Internet and Technology
Silicon Valley plays a central role in changing the world through technological innovations. These changes have improved the lives of millions and have opened up a world of job and economic opportunity nationwide. However, they also come with a host of new challenges to consider. I believe that in the age of technology and connectivity, we are entitled to a basic set of rights that protect access, privacy, and universality of internet use.
The lack of universal access to broadband is a prevalent inequality in today’s society. The internet is no longer a privilege. That is why I will work with Congress and technology companies to make it available to all communities, regardless of income or geography. This also means protecting net neutrality. For the internet to remain a free and open public service, we must maintain the rules that prevent internet service providers (ISPs) from extorting their customers for quality access. I will stand up to the big corporations that want to roll back these vital protections.
It is also important that Americans are safe from warrantless data collection and fully informed of who has access to the information that they put on the web. Individual privacy is protected in the U.S. Constitution, and I will work hard to shield Americans from unnecessary surveillance.
Click here to learn more about the bills that I introduced and cosponsored.
Read my op-ed in The Hill on supporting tech jobs nationwide.
More on Internet and Technology
Life, liberty, and the pursuit of happiness make for an awful Terms of Service contract. But Rohit “Ro” Khanna is adamant about pushing an Internet Bill of Rights. The freshman representative from California is the most noteworthy member of Congress you’ve never heard of. As he seeks reelection, that’s about to change.
Starting this week, European regulators have been tasked with enforcing a sweeping new privacy law called the General Data Protection Regulation, or GDPR. And the U.S. Representative whose district includes the headquarters of Google and Apple says we need something like that, but not as extreme.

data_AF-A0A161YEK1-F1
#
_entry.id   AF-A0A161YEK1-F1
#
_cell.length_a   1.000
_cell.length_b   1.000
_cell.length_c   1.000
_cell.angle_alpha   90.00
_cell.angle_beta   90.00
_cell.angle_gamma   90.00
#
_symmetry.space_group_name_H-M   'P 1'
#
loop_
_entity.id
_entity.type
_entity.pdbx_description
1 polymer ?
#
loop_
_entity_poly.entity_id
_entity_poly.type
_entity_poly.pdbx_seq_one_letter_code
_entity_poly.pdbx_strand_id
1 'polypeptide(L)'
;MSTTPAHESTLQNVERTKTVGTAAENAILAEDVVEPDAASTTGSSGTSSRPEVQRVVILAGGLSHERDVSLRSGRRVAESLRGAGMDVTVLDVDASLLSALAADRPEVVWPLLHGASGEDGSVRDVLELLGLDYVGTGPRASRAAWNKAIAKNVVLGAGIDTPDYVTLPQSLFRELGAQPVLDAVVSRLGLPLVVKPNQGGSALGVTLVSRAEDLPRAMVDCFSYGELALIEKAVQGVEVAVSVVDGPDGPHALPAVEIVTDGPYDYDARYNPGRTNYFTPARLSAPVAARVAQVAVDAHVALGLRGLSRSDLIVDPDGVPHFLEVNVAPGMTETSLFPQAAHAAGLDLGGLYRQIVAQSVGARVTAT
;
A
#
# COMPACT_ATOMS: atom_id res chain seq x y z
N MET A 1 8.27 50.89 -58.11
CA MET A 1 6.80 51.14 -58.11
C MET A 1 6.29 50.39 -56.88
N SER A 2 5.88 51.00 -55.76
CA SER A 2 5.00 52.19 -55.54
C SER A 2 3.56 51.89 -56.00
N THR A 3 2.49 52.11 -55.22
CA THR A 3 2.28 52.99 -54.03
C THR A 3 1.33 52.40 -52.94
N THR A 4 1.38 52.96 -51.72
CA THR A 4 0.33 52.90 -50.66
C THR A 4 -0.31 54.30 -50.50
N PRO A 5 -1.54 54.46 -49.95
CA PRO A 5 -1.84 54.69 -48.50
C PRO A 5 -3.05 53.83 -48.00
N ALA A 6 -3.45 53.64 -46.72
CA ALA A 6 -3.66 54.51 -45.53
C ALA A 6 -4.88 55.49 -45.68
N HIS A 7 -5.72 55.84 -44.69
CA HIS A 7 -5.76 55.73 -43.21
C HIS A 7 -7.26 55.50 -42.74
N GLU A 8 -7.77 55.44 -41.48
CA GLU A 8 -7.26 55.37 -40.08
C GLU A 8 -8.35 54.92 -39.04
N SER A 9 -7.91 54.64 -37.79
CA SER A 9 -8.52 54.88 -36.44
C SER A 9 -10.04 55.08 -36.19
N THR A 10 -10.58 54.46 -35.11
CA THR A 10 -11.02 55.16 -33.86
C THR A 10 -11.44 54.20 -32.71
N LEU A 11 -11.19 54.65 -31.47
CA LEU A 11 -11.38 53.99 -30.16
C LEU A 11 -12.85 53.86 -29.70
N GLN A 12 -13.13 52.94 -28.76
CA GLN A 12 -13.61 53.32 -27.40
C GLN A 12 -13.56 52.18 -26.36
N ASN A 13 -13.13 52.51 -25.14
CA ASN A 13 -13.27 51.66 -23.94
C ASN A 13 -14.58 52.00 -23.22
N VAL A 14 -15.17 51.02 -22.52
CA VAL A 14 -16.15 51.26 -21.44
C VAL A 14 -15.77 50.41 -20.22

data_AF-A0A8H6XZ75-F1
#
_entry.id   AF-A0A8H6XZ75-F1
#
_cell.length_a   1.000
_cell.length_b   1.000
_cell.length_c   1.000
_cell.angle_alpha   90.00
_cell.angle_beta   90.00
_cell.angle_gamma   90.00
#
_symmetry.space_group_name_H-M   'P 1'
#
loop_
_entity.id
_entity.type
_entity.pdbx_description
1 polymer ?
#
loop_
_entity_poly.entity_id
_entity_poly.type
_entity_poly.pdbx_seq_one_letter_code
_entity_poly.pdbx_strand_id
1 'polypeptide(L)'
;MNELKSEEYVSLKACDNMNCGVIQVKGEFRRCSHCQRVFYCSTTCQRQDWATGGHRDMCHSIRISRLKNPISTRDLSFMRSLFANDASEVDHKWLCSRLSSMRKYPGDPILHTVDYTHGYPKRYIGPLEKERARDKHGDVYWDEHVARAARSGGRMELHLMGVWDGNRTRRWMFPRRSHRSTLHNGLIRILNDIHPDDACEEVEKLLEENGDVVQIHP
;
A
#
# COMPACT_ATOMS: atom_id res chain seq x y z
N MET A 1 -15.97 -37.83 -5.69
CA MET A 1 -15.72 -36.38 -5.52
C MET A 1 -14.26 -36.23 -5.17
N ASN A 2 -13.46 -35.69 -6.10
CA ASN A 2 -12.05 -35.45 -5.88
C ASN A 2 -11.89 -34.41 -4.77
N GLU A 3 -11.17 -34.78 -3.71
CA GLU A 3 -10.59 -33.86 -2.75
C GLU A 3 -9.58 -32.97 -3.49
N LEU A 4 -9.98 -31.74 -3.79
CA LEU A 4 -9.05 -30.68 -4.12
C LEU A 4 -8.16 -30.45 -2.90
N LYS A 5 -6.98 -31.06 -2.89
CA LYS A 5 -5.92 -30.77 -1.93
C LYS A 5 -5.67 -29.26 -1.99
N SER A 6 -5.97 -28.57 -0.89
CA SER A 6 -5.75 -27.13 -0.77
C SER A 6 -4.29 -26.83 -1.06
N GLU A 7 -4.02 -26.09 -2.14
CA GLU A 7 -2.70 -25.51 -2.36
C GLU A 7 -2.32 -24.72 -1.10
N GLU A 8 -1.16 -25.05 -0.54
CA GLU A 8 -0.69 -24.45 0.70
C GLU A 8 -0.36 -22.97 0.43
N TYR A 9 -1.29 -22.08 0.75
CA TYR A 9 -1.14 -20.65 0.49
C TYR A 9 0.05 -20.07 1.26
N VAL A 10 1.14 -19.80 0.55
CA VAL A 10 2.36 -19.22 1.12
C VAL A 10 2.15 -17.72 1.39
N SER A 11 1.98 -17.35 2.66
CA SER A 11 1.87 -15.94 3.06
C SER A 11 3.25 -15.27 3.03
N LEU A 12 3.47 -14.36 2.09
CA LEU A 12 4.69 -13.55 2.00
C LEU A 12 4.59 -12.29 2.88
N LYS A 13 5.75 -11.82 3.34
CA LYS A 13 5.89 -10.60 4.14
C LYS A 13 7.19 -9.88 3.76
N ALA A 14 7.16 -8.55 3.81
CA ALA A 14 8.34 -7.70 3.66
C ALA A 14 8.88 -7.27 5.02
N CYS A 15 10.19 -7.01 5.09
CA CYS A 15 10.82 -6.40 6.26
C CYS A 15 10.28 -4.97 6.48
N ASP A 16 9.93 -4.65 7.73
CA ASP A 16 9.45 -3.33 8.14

“The answer can’t be, on a scale of one to 10, Europe’s regulations [are] a nine, we’re a zero,” Congressman Ro Khanna, D-Calif., said on the latest episode of Recode Decode, hosted by Kara Swisher. “Why can’t we get to a four or a five?”
“The greatest challenge of our time,” Representative Ro Khanna of Fremont said, “is the concentration of economic opportunity by geography.”
Mr. Khanna, a 41-year-old patent lawyer, is a first-term congressman from the 17th District of California, in the heart of Silicon Valley. He’s a self-avowed tech junkie who’s drawn support from the industry’s top players.
Yet he’s joked that his district has some of “the biggest egos known to humankind” and he is adamant that Silicon Valley is too exclusive, hardly diverse enough and benefits far too few.
Bringing Silicon Valley principles to federal websites would make it cheaper for agencies to interact with citizens and give people a better outlook on their government, according to one lawmaker.
“You talk to tech leaders and they say the single biggest thing you need to do is make it easy for users to use software, that that’s more important than technology,” Rep. Ro Khanna, D-Calif., said Tuesday in a conversation with reporters. “Why should [Congress] listen to them? Because tech brands are the most popular in the nation.”
Improving user experience on Federal websites so that they rival leading private sector sites requires a better allocation of government resources rather than significant new cash outlays, said Rep. Ro Khanna, D-Calif., during a press gathering at Adobe’s Digital Government Symposium in Washington on Tuesday.
Lawmakers want federal websites to serve citizens better and have introduced new legislation that would set minimum standards and look to lower costs through digitization.
Reps. Ro Khanna, D-Calif., and John Ratcliffe, R-Texas, Thursday announced the 21st Century Integrated Digital Experience Act, or 21st Century IDEA, which would require agencies to modernize their websites, improve customer experience online and encourage citizens to use digital portals rather than relying on paper and in-person interactions.
Washington, DC – Reps. Ro Khanna (D-Calif.) and John Ratcliffe (R-Texas) introduced legislation today to improve citizens’ interaction with the federal government online, while reducing the cost of assistance from federal agencies.
Dozens of Silicon Valley executives are scheduled to descend on the White House for a summit meeting Thursday to discuss how artificial intelligence can be used to strengthen the economy.
“I think the big question is ‘what are the new jobs going to look like?’” said Representative Ro Khanna, a Democrat from California’s tech-heavy 17th district.
Rep. Ro Khanna, a Democrat who represents Silicon Valley, wants AT&T’s CEO, Randall Stephenson, to appear before Congress and explain why his company retained the services of Essential Consultants–the law firm of Donald Trump’s personal attorney Michael Cohen–in early 2017 as Trump was preparing to take office.
“I plan to speak to my colleagues on the Energy & Commerce committee to see how we can get the CEO to explain himself to the American people,” Khanna tells Fast Company Wednesday evening.
Congress was off, and in these days of mounting uneasiness over calls for more technology regulation, the representative from Silicon Valley might have had good reason to stick around his district, soothing nerves.
But Ro Khanna had other plans.
He was not on the West Coast, but deep in the mountains of West Virginia, holed up in a remote college laboratory where an unlikely experiment in social change and economic transition was underway. The Stanford scholar-turned-lawmaker looked surprisingly at home in the far-off burg on the doorstep of coal country.